TOP STORIES OF 2009: Politicians get in legal trouble

COVINGTON -- Politics and crime don't make good companions, but headlines were made in 2009 when law enforcement became involved with at least two Newton County politicians -- J.C. Henderson and Horace Don Gresham.

Henderson, a Newton County commissioner, was arrested on the afternoon of Oct. 10 at his home at 7134 Puckett St. by Covington Police Department officers following a complaint of domestic abuse.

Although both Henderson, 53, and his wife denied a physical assault had taken place, a 911 call was placed by Quinn Henderson, the Hendersons' son, who said he heard arguing and made the call at his mother's request.

CPD Officers observed injuries to Mrs. Henderson's face and charged J.C. Henderson with battery under the Family Violence Act.

Would-be politician Horace Don Gresham, 72, was indicted by a Newton County grand jury after fraudulently swearing in an affidavit to the Newton County Board of Elections in April 2008 that he did not have a prior conviction for a felony involving moral turpitude. In fact, Gresham had been convicted of sodomy with a child under the age of 14 in DeKalb County in 1998.

Gresham pleaded guilty in July to false swearing in connection with his attempt to run for a seat on the Newton County Board of Education in July 2008. He was sentenced to five years probation and ordered to pay a fine of $1,000.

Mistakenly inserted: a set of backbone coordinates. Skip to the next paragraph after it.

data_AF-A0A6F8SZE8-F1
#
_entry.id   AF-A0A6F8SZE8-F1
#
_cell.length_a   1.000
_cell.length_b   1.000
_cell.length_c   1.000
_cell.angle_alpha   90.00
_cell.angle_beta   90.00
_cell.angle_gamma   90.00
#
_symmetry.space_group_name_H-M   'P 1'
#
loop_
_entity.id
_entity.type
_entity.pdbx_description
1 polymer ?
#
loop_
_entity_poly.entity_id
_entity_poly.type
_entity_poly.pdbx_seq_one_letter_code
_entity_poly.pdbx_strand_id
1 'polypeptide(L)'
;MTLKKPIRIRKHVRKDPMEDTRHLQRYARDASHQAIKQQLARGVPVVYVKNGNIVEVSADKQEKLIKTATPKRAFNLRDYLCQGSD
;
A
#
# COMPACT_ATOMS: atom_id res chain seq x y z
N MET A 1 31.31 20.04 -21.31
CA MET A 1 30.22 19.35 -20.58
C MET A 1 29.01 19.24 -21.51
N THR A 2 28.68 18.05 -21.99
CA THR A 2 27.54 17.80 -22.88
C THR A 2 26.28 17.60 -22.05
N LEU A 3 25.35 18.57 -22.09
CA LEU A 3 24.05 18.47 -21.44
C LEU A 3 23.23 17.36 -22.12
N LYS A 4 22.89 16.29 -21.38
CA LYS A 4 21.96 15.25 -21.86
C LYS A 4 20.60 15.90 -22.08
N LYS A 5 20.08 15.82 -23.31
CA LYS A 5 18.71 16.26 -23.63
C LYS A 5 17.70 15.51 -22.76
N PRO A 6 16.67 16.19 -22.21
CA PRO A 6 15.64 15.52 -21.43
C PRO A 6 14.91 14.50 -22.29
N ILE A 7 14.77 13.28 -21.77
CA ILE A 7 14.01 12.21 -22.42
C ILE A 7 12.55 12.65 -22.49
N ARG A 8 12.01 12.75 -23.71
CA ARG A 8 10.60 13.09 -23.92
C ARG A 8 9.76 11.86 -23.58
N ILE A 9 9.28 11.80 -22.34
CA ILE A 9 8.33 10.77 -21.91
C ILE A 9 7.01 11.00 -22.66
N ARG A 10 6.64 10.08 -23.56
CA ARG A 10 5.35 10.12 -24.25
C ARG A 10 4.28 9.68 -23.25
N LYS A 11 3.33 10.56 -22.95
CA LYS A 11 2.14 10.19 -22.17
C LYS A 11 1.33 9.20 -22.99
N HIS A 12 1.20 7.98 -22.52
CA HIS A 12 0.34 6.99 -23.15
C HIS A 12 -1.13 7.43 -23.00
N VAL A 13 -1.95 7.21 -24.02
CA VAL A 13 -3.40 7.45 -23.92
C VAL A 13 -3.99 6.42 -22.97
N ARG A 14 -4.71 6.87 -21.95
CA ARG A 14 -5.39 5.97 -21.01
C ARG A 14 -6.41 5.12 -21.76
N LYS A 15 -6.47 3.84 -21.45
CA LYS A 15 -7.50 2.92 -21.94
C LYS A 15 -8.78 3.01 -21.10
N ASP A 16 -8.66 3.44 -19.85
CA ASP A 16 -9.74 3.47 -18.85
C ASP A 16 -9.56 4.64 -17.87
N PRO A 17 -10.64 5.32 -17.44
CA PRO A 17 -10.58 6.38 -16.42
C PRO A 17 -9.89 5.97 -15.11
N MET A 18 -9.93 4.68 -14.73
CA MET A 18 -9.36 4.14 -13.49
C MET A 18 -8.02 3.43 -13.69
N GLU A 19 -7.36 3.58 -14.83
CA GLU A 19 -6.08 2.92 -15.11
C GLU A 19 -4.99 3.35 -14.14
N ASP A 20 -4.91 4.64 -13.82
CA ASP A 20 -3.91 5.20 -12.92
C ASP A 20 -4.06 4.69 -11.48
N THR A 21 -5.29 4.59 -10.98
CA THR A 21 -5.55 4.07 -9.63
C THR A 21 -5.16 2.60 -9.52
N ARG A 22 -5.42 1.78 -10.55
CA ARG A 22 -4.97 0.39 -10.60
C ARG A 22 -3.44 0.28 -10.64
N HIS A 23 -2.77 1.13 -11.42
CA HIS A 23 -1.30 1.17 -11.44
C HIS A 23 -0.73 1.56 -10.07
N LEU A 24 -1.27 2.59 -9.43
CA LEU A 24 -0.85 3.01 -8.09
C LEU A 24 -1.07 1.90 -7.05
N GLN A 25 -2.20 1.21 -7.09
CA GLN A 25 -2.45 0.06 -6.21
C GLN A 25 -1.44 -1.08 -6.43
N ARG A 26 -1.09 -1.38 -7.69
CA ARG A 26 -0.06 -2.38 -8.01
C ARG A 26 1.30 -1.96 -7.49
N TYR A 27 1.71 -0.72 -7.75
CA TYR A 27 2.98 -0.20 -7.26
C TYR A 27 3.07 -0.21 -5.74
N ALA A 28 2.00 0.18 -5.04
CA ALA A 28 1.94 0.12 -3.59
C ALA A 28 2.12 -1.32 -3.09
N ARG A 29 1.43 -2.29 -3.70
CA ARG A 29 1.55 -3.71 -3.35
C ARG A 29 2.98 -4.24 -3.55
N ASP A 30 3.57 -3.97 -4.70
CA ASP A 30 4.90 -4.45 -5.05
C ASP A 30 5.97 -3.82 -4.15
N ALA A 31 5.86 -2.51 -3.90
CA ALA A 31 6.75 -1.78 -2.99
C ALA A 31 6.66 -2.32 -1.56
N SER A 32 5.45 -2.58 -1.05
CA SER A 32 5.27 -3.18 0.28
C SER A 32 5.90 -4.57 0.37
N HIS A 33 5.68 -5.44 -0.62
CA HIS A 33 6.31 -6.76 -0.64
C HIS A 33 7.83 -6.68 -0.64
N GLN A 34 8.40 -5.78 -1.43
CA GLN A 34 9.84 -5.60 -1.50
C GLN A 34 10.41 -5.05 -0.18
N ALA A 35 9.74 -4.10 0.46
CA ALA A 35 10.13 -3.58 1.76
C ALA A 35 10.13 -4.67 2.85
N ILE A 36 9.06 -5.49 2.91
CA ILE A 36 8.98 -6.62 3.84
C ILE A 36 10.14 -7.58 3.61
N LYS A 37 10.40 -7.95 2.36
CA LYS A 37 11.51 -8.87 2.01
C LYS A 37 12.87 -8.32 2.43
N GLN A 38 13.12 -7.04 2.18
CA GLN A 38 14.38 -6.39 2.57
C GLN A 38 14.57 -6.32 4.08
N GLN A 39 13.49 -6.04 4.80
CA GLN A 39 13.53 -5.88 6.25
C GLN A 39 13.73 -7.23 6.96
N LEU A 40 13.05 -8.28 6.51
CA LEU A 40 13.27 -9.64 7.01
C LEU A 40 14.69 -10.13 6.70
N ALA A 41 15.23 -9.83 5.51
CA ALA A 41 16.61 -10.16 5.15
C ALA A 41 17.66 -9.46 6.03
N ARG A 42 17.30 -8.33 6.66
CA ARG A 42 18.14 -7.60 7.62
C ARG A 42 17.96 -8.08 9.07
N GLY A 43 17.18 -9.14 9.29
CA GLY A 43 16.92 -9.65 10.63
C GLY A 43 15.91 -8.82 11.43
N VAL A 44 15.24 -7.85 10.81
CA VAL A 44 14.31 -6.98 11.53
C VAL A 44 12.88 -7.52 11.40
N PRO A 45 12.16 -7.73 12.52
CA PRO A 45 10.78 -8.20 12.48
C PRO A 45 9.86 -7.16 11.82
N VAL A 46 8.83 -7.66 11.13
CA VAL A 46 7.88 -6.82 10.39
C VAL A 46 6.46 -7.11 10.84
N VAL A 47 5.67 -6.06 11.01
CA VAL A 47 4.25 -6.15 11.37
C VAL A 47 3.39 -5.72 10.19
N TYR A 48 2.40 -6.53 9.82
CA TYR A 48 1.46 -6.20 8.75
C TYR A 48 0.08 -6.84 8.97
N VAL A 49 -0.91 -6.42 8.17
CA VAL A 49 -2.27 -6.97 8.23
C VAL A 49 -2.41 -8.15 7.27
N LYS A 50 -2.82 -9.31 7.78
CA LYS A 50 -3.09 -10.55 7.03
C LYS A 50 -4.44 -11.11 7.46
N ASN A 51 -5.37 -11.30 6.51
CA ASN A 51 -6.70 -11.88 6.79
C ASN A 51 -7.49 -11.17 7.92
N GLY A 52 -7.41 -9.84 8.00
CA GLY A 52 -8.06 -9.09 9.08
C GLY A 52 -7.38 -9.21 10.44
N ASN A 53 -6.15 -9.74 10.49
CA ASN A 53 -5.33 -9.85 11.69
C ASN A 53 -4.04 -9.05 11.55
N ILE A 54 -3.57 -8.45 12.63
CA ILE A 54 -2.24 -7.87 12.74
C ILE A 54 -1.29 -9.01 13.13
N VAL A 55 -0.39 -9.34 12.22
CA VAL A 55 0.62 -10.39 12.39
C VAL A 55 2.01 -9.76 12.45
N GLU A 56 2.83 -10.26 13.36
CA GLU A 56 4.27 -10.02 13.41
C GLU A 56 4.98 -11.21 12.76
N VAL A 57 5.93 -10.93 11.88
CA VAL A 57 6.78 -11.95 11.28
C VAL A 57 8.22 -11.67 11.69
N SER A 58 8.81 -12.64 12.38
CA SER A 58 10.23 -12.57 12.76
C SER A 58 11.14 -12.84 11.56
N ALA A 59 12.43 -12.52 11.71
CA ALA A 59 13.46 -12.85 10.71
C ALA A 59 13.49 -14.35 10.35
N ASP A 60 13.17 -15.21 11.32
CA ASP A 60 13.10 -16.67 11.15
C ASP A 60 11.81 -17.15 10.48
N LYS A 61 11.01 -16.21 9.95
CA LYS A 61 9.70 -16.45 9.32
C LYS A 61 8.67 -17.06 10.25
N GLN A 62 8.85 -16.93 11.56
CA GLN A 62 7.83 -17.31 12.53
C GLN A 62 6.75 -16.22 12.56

After his sodomy conviction was made public by the Citizen, Gresham removed his name from the ballot just prior to a hearing before the Newton County Board of Elections in 2008, but vowed he would run for the District 2 Board of Commissioners seat in 2010.

"He will not be eligible to seek office upon the expiration of his sentence," said District Attorney Ken Wynne following Gresham's sentencing on the false swearing charges. "It is our hope that this puts an end to Mr. Gresham's political aspirations. Should he think otherwise, probation will not be an option in the future."

Gresham's ill-fated bid for a seat on the school board inspired State Sen. John Douglas, R-Social Circle, to introduce a bill to the state Legislature this year that would prohibit convicted sex offenders from running for election on local boards of education. The bill became law on July 1.